Design point

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Remove reference to the Nataf Transformation
The first step for identifying the design point is the transformation of the reliability problem at hand from the original random variable space \mathbf{y} \in \Re^d (also known as the physical space) to the standard normal space \mathbf{x} \in \Re^d. This can be accomplished by using a mapping \mathbf{y} \leftrightarrow \mathbf{x} such that:

\mathbf{x}=T_{y x}(\mathbf{y})

\mathbf{y}=T_{x y}(\mathbf{x})

A frequently used procedure to perform such a mapping is the Nataf's model [1]. Once the random variables involved have been mapped into the standard normal space, it is possible to define the design point (\mathbf{x}^{\ast}) using a geometrical or probabilistic interpretation [2]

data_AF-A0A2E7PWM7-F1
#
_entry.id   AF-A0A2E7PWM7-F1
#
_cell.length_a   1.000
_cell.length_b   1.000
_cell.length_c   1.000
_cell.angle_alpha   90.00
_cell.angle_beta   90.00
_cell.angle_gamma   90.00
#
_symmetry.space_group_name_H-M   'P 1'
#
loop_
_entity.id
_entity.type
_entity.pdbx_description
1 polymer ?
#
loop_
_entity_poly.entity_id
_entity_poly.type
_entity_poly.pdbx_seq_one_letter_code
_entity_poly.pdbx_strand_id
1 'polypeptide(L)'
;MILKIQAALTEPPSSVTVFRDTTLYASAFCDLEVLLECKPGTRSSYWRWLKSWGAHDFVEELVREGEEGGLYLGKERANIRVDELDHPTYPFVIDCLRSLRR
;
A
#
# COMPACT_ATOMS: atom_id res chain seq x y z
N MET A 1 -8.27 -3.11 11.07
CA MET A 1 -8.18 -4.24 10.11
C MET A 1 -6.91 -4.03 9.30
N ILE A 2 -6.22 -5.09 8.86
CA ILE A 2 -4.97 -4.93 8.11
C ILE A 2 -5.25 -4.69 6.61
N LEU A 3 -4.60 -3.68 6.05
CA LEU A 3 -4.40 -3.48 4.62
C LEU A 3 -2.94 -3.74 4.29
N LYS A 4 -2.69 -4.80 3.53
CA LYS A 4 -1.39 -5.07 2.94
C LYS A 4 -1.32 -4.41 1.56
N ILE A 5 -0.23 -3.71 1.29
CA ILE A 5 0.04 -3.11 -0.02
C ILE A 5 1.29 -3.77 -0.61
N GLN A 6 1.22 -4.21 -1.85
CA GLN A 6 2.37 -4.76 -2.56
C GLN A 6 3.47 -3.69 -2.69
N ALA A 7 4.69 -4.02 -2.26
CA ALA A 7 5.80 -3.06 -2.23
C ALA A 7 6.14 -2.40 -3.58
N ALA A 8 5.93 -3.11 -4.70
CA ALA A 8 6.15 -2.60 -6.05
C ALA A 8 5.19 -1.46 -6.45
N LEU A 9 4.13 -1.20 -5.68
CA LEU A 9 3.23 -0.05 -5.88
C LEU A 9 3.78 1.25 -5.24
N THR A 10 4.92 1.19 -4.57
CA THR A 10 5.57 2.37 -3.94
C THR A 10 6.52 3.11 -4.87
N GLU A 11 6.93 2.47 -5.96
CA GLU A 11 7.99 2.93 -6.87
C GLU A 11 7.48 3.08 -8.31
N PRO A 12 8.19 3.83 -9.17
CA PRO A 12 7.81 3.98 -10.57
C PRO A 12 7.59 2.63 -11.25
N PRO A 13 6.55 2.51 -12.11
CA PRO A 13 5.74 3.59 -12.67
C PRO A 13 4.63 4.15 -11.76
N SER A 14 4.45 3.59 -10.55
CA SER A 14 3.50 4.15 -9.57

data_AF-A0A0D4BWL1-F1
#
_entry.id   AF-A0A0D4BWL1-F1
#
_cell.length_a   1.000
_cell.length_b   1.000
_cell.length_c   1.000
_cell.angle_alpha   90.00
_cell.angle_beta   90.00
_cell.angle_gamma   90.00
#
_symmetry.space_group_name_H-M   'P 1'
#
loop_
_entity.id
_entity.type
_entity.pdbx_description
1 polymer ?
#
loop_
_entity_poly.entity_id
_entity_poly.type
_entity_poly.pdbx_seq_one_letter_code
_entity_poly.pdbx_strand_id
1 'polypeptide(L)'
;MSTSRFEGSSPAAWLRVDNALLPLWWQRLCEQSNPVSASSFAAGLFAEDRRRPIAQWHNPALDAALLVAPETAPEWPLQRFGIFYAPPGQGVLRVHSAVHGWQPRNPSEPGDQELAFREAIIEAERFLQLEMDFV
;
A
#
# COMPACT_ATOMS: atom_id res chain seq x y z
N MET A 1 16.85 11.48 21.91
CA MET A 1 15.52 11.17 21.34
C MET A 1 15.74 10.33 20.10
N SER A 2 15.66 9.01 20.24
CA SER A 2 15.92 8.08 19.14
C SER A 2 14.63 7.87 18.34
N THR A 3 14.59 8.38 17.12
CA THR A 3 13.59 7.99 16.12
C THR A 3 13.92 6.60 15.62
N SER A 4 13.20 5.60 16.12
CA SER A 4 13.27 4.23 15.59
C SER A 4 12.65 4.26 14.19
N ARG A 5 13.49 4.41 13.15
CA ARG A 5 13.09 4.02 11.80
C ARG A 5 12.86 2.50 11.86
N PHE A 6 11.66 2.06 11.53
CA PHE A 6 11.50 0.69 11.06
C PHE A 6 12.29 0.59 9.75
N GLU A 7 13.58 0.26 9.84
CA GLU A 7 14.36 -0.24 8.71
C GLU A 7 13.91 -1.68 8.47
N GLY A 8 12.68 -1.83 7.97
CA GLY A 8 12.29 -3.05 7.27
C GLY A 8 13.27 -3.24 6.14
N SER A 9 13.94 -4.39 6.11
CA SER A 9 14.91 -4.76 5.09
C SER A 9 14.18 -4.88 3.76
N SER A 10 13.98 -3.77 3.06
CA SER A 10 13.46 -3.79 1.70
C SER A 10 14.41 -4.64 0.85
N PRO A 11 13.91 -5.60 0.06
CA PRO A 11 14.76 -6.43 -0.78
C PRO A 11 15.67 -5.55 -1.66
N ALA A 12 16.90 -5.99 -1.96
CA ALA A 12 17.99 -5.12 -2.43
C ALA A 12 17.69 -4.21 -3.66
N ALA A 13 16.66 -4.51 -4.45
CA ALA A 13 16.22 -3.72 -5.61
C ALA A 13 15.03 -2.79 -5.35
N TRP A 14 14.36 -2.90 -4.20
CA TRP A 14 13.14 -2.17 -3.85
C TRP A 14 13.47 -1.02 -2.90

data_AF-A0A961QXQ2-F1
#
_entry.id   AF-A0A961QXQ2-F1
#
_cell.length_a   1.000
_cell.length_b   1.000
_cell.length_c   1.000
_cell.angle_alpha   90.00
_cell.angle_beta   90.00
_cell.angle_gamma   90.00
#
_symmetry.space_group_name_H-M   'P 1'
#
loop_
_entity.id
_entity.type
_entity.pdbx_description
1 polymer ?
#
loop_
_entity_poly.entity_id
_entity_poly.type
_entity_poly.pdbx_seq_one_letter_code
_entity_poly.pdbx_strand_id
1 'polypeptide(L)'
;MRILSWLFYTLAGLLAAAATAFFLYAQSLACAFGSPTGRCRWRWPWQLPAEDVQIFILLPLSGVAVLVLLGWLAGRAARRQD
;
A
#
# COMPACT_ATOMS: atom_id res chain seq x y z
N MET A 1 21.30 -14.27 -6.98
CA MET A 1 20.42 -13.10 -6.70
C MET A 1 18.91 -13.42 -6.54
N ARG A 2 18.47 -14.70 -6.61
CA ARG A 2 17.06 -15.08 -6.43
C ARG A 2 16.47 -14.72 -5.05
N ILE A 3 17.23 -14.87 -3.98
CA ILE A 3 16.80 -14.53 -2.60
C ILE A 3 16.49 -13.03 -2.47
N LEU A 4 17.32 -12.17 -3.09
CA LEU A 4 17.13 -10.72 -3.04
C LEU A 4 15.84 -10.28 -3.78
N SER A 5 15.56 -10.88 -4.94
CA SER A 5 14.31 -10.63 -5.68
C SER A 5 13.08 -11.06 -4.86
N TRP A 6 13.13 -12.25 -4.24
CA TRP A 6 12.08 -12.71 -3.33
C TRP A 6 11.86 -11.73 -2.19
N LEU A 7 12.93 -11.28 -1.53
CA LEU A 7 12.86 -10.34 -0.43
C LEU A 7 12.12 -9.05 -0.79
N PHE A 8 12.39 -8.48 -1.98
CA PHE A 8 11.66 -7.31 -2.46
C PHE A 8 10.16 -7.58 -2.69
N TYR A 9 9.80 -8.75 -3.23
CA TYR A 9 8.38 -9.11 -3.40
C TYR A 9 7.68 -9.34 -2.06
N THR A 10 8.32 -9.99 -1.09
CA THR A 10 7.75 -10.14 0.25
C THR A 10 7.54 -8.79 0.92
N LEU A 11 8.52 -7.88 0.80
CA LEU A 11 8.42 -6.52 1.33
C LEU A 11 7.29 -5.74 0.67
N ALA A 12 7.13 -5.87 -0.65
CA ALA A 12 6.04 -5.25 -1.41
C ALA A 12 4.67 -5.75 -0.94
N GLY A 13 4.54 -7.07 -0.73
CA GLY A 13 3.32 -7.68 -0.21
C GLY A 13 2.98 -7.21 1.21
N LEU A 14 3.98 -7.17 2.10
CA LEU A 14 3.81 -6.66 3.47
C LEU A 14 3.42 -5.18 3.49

• Geometrical Interpretation: The design point is the realization in the standard normal space which lies on the limit state surface with the minimum Euclidean norm with respect to the origin.
  • Probabilistic Interpretation: The design point is the failure point with highest probability density.

The Euclidean norm of the design point with respect to the origin is generally denoted as the reliability index (\beta). A schematic representation of the design point location in a reliability problem is shown below.

Schematic representation of design point

The task of finding the design point (\mathbf{x}^*) involves the solution of the following constrained optimization problem:

\mbox{subject to}~g(T_{x y}(\mathbf{x}))\leq0 ,~~\mathbf{x} \in \Re^d

Closed form solutions for finding the design point exist for a few cases only , e.g. if the performance function g(\mathbf{y}) is linear with respect to the uncertain parameters and if \mathbf{y} follows a Gaussian distribution. However, when dealing with more general structural reliability problems, it is necessary to apply an optimization algorithm to estimate the design point.


  1. P.L. Liu and A. Der Kiureghian. Multivariate distribution models with prescribed marginals and covariances. Probabilistic Engineering Mechanics, 1(2):105–112, 1986. [1]
  2. A.M. Freudenthal. Safety and the probability of structural failure. ASCE Transactions, 121:1337–1397, 1956, ISBN 0-87262-263-0.

See Also